Thursday, August 08, 2013

A snapshot of sea ice. This image was compiled using data gathered by NASA's Aqua satellite on Sept. 3, 2010. (NASA/Goddard Space Flight Center Scientific Visualization Studio/flickr/CC-BY-2.0)

John Amos, President of SkyTruth, talks about using public domain satellite imagery to monitor environmentally harmful developments.


John Amos

Comments [6]

Vee from Manhattan

This segment was SO interesting and SO important. I heard a bit of it at lunchtime, so I'm listening to a podcast now. I have to tell you that if I hadn't heard part of the segment, I would not have been drawn to listen to it simply by your title, Skytruth. Please consider making your titles or subtitles consistently explanatory. How America's Obsessives Built a Nation is a very helpful title. Skytruth is only helpful to people who already know what Skytruth does. Thank you, Mr. Lopate, for doing this segment; and thank YOU, Mr. Amos, for doing what you do.

Aug. 08 2013 10:40 PM
John Amos from Shepherdstown, WV

Thanks for the opportunity to talk about SkyTruth. For folks who want to try their hand at bit of skytruthing, check out our FrackFinder project -- you can help us make a map all of the natural gas drilling and fracking sites across Pennsylvania --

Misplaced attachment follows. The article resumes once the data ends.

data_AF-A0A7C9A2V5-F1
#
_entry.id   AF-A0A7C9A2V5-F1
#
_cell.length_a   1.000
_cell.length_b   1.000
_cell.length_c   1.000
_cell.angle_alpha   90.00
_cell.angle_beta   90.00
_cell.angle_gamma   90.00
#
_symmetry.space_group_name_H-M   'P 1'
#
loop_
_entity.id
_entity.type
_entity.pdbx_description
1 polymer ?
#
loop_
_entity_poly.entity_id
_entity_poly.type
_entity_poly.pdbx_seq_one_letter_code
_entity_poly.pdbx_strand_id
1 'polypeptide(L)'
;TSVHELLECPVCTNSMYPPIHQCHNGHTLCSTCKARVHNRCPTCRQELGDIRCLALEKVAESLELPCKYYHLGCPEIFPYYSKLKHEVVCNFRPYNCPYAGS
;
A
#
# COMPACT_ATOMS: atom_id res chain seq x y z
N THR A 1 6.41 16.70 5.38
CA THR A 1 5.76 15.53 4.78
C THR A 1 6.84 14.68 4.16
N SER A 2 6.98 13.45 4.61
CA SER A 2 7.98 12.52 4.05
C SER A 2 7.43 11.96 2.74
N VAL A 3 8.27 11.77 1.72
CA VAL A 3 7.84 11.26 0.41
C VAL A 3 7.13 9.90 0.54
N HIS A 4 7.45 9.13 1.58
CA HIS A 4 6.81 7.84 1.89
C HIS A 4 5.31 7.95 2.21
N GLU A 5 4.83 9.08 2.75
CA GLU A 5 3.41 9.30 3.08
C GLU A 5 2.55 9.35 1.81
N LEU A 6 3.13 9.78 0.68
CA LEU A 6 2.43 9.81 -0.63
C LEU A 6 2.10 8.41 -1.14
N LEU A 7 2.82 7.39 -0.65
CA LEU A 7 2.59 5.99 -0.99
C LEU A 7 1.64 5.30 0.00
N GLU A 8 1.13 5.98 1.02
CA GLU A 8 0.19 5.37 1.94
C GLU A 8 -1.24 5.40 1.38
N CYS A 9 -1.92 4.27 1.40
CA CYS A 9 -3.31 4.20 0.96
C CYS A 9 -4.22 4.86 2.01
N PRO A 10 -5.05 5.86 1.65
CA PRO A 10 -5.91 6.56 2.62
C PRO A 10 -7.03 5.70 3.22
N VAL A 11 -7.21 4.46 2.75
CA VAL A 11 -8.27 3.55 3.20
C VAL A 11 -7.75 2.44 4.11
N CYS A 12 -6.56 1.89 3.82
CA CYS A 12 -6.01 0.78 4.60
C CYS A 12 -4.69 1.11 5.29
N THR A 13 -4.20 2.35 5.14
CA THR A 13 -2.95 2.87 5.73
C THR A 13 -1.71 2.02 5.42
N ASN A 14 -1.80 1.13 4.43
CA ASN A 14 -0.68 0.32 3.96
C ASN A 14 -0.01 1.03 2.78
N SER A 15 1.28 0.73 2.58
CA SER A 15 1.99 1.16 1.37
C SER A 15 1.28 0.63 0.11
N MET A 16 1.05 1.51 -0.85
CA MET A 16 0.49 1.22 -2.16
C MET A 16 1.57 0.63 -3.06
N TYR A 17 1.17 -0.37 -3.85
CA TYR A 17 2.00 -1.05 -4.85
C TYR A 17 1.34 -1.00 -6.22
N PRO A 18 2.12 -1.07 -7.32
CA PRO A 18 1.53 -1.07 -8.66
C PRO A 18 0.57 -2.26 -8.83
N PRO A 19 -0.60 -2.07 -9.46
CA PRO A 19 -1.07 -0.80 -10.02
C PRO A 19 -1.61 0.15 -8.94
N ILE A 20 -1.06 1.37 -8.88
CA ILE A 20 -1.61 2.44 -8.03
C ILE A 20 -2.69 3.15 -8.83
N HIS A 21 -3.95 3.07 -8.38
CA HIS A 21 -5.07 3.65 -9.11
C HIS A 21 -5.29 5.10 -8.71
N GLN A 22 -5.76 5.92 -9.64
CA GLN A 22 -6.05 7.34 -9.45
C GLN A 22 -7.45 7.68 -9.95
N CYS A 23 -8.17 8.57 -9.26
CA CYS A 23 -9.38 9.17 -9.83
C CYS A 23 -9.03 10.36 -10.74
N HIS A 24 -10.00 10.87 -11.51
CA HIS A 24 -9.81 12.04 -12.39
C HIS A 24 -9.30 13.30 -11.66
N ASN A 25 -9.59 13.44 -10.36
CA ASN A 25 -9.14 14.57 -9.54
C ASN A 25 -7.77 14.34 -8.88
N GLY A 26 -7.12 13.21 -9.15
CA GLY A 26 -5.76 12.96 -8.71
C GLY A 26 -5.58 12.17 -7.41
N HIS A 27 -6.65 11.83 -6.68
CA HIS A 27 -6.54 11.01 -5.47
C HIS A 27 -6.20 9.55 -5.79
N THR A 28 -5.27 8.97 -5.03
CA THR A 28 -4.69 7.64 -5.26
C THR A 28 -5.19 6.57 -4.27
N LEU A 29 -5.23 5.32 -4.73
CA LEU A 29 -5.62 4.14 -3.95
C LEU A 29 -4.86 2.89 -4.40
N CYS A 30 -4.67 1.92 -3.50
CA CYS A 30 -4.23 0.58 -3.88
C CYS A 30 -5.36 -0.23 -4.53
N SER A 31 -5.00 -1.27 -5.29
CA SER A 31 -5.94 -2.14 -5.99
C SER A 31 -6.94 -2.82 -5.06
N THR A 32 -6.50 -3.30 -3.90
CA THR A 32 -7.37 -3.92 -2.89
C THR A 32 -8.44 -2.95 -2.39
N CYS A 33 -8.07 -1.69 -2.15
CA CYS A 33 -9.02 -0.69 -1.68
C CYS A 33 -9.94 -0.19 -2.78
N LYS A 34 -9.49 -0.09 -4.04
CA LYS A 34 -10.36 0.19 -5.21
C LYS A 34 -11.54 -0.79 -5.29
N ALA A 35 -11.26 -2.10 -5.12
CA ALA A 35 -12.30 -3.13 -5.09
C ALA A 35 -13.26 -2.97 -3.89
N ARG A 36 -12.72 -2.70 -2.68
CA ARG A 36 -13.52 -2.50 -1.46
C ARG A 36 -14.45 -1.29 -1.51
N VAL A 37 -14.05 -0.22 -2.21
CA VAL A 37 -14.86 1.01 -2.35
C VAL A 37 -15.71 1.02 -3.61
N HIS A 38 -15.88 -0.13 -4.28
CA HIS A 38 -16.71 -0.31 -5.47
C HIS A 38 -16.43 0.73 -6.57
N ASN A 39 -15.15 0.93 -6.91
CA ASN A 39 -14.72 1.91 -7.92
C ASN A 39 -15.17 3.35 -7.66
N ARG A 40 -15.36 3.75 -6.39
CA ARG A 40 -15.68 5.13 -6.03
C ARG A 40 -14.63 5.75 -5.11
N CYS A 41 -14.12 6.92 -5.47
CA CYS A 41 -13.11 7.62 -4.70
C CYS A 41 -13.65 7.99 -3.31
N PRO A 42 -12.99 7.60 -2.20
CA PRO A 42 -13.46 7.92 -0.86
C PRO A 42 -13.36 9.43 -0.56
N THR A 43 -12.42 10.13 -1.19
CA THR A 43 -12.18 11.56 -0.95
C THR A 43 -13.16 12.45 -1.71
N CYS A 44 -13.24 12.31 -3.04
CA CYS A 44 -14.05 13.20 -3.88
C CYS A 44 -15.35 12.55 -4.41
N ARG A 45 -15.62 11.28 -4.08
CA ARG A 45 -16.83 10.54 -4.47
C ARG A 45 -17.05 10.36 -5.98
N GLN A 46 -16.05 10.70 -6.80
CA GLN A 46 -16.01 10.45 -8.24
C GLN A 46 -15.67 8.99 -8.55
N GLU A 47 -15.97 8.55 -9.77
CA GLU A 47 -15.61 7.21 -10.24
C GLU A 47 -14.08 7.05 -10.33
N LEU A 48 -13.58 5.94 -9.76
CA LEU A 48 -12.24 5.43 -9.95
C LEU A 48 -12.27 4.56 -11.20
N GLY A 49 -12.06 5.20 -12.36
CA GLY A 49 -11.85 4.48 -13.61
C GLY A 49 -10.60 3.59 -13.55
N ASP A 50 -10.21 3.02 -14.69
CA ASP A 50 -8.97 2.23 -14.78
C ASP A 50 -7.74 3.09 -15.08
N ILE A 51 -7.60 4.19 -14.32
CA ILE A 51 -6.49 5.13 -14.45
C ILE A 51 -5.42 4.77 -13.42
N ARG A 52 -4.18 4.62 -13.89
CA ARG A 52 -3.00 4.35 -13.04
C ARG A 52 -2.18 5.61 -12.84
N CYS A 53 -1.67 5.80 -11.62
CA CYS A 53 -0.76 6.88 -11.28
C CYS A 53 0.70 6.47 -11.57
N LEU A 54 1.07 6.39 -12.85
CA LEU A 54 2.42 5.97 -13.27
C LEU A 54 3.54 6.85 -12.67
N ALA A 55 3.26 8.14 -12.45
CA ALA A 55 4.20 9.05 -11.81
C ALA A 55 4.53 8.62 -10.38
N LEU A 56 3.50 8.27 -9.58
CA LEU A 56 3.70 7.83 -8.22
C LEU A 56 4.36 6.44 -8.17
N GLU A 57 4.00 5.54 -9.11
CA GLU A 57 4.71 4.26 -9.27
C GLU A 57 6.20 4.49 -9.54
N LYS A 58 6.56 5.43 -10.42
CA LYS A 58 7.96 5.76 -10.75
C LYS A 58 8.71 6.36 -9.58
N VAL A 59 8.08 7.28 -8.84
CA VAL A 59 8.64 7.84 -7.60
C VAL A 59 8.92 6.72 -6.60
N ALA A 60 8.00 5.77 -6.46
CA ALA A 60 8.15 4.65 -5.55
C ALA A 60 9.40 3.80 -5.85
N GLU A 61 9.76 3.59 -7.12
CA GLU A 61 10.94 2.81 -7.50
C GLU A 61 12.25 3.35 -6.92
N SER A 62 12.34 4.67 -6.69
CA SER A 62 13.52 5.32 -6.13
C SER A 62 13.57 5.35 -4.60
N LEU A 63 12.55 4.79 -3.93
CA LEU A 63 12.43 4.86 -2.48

Aug. 08 2013 02:01 PM
Sheree from Manhattan

Thank you for this important segment and thanks to SkyTruth for doing this eye-opening work: "a picture speaks 1000 words"

Aug. 08 2013 01:46 PM
genejoke from Brooklyn

Great guest and topic! I will read more about this. Thanks, Leonard.

Aug. 08 2013 01:42 PM

(Actually it's the completely destructive role played by quarries that I have found to be google map's most shocking revelation.

Even in relatively bucolic and wealthy residential areas in CT, NJ and NEPA, quarries of various types are as ubiquitous as they are secret. Only the midnight plumes of smoke, and the steady stream of dump trucks betray their hiding spots.

Aug. 08 2013 01:37 PM

cool use! Unfortunately it seems that the smartest polluters, exploiters and other dirtbags are doing their dirty deeds in the ocean, beneath the surface of the earth, and in various manufacturing processes.

Aug. 08 2013 01:28 PM

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